The next step is to build custom and lookalike audiences. They should be based on precise data points, data ranges (the top X%, for example), and various combinations of criteria. Custom audiences, which include current customers, are used for cross-selling initiatives. Lookalike audiences are users of similar offerings who’ve met certain activity or spending thresholds in those programs or apps.
The total number of custom and lookalike audiences will vary from one user acquisition campaign to the next. Advertisers might use hundreds or thousands of audiences to test and tweak creative concepts. How these audiences are defined is critically important to campaign success.
Once target audiences have been defined, it’s time to deploy high-quality creative across select ad types and channels. Although most ads (roughly 19 out of 20) will fall short of user acquisition campaign goals, a single ad can drive huge gains.
Using quantitative creative testing, a systematic process that reveals which ads are winning and why, advertisers can maximize their ad spend by sticking with concepts that work while testing simple variations (colors, fonts, photos, layout, etc.). Quantitative creative testing is essential to keeping campaigns fresh and accelerating user volume growth.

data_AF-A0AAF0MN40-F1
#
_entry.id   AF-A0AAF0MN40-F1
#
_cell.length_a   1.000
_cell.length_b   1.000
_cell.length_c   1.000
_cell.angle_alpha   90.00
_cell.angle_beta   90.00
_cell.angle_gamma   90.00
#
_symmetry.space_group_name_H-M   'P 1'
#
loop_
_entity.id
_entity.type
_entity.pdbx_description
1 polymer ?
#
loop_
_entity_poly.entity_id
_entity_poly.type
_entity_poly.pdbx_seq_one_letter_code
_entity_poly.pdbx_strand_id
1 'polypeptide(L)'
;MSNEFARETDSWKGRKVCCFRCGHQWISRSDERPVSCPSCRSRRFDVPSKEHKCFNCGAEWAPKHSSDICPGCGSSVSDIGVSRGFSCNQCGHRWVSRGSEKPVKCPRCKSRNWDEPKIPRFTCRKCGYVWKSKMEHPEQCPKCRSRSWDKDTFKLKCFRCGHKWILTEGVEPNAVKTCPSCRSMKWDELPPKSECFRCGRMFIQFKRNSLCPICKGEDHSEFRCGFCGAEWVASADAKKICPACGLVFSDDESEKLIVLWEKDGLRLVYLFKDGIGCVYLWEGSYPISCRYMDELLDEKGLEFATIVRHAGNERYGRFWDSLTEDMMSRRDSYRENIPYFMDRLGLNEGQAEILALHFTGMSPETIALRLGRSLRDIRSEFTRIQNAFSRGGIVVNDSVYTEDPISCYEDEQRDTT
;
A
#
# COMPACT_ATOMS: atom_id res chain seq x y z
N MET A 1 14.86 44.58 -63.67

Across the globe, more than 2.7 billion smartphones and 1.35 billion tablets are currently in use. The average user spends hours per day checking for social media updates and interacting with digital apps. Mobile user acquisition campaigns are uniquely valuable because they meet consumers where they are, in a digital environment they’ve created for themselves.